Academic Attainments and Cultural Values
University of the West Indies
This book describes an ethnographic study of Second Language teaching in the Fiji Isles in the South Pacific. It shows that the different cultural expectations of Fiji's two main ethnic groups, the indigenous Fijians and the Indo-Fijians, are manifested in different teaching practices that result in their differential attainments. The study uses an extended Grounded Theory methodology that has allowed for empirical generalisation of its findings by further ethnography and census and for generalisation of its theoretical constructs by further mixed method analysis. The motivation that emerged for the study was the local concern over the differential educational attainments of the two groups. The ethnography used historical archival and current documents, together with community and institutional interviews and observations over a four year period, to contrast Fijian and Indian socio-cultural expectations, and their matching behaviours, for teaching and learning English as a Second Language. The methodology resulted in the recognition of three major cultural constructs that describe the different behaviours serving the differential social expectations and cultural intentions of the two groups. The constructs were validated both ethnographically and by census and allowed the identification of social fractionalisation and cultural incursion. Qualitative and quantitative analyses of the data from the study enabled the three constructs to be developed into a generalisable conceptual framework for predicting differential classroom behaviours in multicultural societies.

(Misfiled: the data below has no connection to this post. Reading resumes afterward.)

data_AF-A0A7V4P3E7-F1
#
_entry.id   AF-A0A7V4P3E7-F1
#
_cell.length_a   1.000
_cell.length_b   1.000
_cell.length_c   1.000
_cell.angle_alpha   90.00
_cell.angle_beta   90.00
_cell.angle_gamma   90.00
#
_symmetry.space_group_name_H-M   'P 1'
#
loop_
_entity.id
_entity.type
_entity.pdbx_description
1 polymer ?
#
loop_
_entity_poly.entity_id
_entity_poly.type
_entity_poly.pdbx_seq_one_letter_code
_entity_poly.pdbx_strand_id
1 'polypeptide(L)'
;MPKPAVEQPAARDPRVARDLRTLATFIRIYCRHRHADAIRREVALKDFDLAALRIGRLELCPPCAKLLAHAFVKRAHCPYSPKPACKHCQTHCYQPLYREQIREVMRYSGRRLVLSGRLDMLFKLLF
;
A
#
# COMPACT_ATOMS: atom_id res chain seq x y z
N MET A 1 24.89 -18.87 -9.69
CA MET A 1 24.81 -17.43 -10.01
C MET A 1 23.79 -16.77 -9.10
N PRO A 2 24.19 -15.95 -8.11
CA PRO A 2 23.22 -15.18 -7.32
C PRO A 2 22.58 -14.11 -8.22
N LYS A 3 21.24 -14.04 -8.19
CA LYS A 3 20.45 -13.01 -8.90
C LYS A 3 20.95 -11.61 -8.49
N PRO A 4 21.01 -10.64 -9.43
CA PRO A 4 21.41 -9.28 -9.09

The innovative research methods and the generalisable instrument developed for measuring cultural identity which were used for the study are described. These include:
(i) a method of quantitative data collection and analysis, namely collection of proportional ratings allowing calculations of grounded preferences for more rigorous analysis; (ii) methods of qualitative analysis to resolve issues of etic/emic confounding, namely separation of etic and emic meanings during analysis and a method of validating emic meanings that minimised etic intrusions; (iii) methods of qualitative reporting, using bipolar and modal grounded composites to maintain validity during extensive ethnographic data reduction; and (iv) a generalisable 'Cultural Index', which is an efficient grounded instrument consisting of Primary and Relative cultural indices used for defining cultural identity and for predicting culturally-determined behaviours.
This study evidences the paramount influence of cultural expectations on differential educational attainments in multicultural societies.
Keywords: Béatrice Boufoy-Bastick; Second language teaching; ESL; Language and culture, Fijians; Indo-Fijians.
ISBN 9783895867118. LINCOM Studies in Second Language Teaching 01. 326pp. 2003.